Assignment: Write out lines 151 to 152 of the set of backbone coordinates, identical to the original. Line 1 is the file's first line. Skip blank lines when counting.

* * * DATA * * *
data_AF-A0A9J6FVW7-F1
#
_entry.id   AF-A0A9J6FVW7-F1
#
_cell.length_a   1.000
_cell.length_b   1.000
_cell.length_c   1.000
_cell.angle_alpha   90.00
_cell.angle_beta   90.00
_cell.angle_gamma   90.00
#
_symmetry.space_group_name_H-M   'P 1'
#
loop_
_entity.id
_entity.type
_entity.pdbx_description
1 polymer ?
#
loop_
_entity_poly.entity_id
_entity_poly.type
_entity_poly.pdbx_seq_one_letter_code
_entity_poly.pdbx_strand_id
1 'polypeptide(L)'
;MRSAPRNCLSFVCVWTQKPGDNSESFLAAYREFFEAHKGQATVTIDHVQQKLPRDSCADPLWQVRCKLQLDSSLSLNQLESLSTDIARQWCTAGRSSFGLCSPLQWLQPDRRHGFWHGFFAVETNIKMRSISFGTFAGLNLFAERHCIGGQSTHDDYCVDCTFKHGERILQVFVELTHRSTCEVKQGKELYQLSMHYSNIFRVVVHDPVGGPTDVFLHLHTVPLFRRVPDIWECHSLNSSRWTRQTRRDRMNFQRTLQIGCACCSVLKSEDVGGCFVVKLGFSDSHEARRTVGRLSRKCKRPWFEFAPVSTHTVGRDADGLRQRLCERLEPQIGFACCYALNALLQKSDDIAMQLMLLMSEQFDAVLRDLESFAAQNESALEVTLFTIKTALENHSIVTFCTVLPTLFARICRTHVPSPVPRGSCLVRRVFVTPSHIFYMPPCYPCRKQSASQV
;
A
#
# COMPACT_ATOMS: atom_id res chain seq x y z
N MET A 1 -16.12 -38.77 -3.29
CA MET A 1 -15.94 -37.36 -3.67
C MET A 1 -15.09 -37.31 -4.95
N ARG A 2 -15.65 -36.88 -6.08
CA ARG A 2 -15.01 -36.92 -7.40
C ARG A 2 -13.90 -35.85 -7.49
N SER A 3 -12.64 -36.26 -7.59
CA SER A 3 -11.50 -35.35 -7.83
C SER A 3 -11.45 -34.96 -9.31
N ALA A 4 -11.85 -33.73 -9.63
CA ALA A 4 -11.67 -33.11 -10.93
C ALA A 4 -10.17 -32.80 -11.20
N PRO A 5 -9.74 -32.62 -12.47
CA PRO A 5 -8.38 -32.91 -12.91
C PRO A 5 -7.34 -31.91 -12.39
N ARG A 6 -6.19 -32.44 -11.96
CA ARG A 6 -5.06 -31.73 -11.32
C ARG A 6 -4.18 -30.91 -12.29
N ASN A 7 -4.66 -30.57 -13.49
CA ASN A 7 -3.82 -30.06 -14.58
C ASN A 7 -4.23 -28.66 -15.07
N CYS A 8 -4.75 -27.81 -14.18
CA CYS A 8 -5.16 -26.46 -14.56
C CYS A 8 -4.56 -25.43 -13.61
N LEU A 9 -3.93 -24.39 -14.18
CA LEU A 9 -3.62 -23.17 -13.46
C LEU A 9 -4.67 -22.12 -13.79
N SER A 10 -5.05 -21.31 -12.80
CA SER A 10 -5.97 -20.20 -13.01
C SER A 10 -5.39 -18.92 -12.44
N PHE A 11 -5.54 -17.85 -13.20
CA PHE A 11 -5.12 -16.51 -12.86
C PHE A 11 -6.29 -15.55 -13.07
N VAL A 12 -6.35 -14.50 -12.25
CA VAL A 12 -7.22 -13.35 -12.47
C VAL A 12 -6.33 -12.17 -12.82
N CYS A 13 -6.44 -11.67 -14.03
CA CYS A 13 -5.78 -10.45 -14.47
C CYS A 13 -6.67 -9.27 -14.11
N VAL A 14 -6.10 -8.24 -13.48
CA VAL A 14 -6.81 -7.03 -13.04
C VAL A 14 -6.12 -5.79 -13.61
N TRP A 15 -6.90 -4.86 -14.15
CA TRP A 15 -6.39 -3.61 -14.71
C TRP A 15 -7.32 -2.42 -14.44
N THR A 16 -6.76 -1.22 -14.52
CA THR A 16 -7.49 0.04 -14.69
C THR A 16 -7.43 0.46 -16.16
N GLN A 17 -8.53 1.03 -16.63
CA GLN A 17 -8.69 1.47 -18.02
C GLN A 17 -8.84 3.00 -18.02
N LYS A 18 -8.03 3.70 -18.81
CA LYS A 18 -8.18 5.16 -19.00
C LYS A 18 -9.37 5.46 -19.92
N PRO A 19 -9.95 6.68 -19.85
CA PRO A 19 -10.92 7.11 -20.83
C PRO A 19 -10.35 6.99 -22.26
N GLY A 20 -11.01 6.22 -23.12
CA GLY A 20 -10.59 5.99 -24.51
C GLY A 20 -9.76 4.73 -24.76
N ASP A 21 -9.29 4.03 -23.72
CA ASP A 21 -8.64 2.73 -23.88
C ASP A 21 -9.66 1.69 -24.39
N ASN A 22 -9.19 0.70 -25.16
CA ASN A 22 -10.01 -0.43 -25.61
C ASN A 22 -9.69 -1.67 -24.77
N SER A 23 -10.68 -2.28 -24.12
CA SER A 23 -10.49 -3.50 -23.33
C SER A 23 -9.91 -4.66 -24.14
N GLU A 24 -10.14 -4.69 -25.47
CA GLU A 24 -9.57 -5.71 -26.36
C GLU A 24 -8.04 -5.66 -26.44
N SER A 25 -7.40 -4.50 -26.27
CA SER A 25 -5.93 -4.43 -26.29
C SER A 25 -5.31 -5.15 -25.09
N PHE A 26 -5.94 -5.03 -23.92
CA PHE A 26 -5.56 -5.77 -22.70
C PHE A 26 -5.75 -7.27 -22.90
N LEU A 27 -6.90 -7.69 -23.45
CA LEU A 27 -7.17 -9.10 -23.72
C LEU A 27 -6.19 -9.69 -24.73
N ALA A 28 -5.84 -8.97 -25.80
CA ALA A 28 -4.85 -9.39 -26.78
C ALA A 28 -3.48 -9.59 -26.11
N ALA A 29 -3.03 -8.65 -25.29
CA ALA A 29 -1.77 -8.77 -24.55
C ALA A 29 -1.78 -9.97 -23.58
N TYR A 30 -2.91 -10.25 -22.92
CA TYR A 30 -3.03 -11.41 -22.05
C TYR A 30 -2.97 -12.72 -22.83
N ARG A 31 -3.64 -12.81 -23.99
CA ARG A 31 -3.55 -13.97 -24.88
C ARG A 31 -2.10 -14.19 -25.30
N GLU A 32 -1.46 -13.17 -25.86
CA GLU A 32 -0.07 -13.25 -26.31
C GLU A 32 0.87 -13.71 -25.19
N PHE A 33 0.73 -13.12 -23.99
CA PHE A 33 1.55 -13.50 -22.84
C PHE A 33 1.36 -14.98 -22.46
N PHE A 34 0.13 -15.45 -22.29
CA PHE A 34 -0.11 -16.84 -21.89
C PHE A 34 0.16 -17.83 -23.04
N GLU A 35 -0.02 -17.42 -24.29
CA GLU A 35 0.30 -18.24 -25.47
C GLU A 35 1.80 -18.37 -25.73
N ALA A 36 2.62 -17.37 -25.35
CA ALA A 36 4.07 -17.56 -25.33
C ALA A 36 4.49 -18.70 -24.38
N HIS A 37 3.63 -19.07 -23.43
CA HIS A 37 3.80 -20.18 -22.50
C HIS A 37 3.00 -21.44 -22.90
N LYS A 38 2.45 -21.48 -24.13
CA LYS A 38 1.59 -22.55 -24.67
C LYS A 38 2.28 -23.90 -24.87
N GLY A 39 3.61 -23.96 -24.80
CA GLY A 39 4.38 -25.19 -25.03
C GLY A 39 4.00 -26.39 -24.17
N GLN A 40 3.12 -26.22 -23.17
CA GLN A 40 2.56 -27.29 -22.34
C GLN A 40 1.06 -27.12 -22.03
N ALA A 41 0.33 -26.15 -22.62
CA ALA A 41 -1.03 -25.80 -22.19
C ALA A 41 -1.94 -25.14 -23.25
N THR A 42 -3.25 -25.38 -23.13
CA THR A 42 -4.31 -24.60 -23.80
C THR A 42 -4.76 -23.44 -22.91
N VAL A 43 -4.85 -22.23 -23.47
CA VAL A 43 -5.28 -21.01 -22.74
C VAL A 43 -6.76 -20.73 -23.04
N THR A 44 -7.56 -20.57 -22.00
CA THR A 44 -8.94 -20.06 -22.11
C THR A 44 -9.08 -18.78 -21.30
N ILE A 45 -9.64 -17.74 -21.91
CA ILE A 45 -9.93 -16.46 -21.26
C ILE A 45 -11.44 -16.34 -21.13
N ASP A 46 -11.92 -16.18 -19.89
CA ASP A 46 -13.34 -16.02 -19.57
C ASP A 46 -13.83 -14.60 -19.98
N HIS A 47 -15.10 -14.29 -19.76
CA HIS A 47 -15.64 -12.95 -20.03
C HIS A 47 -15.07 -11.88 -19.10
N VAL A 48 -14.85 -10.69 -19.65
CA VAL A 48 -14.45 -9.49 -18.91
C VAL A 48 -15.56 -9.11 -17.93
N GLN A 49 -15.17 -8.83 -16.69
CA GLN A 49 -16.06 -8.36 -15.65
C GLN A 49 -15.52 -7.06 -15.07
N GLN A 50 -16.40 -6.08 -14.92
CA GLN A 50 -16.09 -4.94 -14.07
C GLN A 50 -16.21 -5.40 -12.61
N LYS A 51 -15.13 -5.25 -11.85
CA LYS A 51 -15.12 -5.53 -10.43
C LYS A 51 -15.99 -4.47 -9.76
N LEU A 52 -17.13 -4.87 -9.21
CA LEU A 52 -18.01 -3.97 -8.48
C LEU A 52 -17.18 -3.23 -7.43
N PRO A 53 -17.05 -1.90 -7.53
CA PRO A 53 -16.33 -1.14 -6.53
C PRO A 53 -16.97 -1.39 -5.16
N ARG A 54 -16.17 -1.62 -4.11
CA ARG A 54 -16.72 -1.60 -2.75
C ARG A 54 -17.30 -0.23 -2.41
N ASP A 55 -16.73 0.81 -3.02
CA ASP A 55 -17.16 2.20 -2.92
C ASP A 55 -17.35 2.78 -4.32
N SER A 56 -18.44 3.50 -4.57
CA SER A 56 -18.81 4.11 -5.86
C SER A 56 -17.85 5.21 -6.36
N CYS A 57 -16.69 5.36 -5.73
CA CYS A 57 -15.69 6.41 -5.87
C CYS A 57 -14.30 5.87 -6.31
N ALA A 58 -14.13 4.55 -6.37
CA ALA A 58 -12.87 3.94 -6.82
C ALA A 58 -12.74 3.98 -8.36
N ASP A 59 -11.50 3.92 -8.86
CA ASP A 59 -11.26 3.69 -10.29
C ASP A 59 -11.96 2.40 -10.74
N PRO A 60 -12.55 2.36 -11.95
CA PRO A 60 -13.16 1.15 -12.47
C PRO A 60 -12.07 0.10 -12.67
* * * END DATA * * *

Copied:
N ALA A 41 0.33 -26.15 -22.62
CA ALA A 41 -1.03 -25.80 -22.19